By Andrea Cordle
Grove City Editor
The city of Grove City recently changed the speed limit on Haughn Road from 35 miles per hour to 25 miles per hour between Columbus Street and Mayfair Drive.
At the Nov. 15 meeting, Kevin Teaford, the city’s safety director, explained the decision to lower the speed limit to Grove City Council.
According to Teaford, who spent 35 years with the Ohio State Highway Patrol, 20 people have died this year due to speed-related traffic accidents in Franklin County and hundreds of others were injured.
“Many of those fatal crashes were within sight of our city,” said Teaford, referring to fatalities along Interstate 270. “Fast driving habits don’t stay on the highway. They end up in our city streets where speeding becomes an even greater risk.”
Teaford studied traffic patterns on Haughn Road and the Grove City Division of Police conducted a speed survey. In his study, the safety director found that Haughn Road saw on average of 6,500 vehicles per day. He said for that type of roadway, the average is 2,500 to 7,500, so the road is on the high end of that average. Haughn Road intersects with Columbus Street, Kingston Avenue, and Park Street, which are also high-volume traffic routes.
According to Teaford, there have been 75 crashes on Haughn Road in the last five years and 19 percent of those were speed related. Most of the accidents occurred during standard daytime hours.
The speed survey, conducted by the police force, found that the average speed on Haughn Road was in the low 30s but the maximum speed found was 65 miles per hour.
“This change will make our city safer, and it will likely save lives,” said Teaford.
Teaford said one of the reasons the speed limit was lowered was due to vulnerable people on the roadway. This includes pedestrians and bicyclists. There is a bike path on the east side of Haughn Road, and between Columbus Street and Mayfair Drive, there are two schools – Hayes Intermediate and JC Sommer. Teaford said this puts more vulnerable people on the road.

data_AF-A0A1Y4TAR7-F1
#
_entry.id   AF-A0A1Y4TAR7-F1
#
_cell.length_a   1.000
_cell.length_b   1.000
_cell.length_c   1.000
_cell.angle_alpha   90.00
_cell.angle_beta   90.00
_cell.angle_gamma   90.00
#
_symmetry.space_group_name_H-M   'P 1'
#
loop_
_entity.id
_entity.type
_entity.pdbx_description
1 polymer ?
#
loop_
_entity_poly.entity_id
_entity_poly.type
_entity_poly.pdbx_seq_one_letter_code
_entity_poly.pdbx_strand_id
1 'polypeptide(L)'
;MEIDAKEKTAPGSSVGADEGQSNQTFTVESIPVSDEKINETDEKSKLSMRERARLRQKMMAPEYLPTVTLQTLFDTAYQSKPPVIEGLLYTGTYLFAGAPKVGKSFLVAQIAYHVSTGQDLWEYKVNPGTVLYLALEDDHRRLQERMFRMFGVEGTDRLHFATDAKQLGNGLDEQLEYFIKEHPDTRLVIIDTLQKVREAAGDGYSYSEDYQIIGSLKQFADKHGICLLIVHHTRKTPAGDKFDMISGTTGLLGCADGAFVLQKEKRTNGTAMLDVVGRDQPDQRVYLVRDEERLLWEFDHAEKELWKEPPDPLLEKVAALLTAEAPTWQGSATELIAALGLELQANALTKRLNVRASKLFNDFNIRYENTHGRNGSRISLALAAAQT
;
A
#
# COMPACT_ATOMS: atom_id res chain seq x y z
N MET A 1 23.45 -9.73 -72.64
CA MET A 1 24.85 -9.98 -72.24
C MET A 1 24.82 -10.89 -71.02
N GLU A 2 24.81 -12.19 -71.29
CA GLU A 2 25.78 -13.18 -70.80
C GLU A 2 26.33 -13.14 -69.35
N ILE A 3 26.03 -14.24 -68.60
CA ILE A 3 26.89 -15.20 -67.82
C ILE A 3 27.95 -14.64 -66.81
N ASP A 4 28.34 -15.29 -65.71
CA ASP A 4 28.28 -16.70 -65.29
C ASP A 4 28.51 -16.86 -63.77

“This needs to play a significant factor (in determining the speed limit) and it did play a significant factor,” said Teaford.
To notify drivers of the change in speed limit, the city has put up flashing speed limit signs. According to Teaford, police officers will allow a grace period so drivers can become accustomed to the change in speed limit.
Council president Christine Houk said she believes the community members support the speed limit change.
“By and large, I have heard nothing but positive feedback from people traveling that route,” she said.
Councilman Randy Holt asked if low-speed vehicles, or golf carts, are now permitted on Haughn Road with the decrease in speed.
The answer – yes.
In 2019, Grove City council passed legislation to regulate golf carts and similar low-speed vehicles. The legislation allows residents to operate the vehicles with restrictions for operator and public safety.
Under the city’s code, low-speed vehicles are not permitted on any street or highway with an established speed limit greater than 35 miles per hour. The vehicles are not permitted on the major thoroughfares in Grove City, including Broadway, Stringtown Road, and London-Groveport Road. The carts are also prohibited on sidewalks or multi-use paths.
To legally operate a golf cart within the city of Grove City, the driver must have a valid driver’s license and insurance. The golf carts must also pass an inspection by the Grove City Division of Police. An officer will check to make sure the cart is equipped with a windshield, rear view mirror, turn signal, head lights, brakes, steering wheel, seat belts, license plates, taillights, and a horn.
When asked if there were plans to change the speed limit on other city streets, Teaford said city officials were only looking at Haughn Road at this time.
“We will monitor complaints and safety issues,” said Teaford.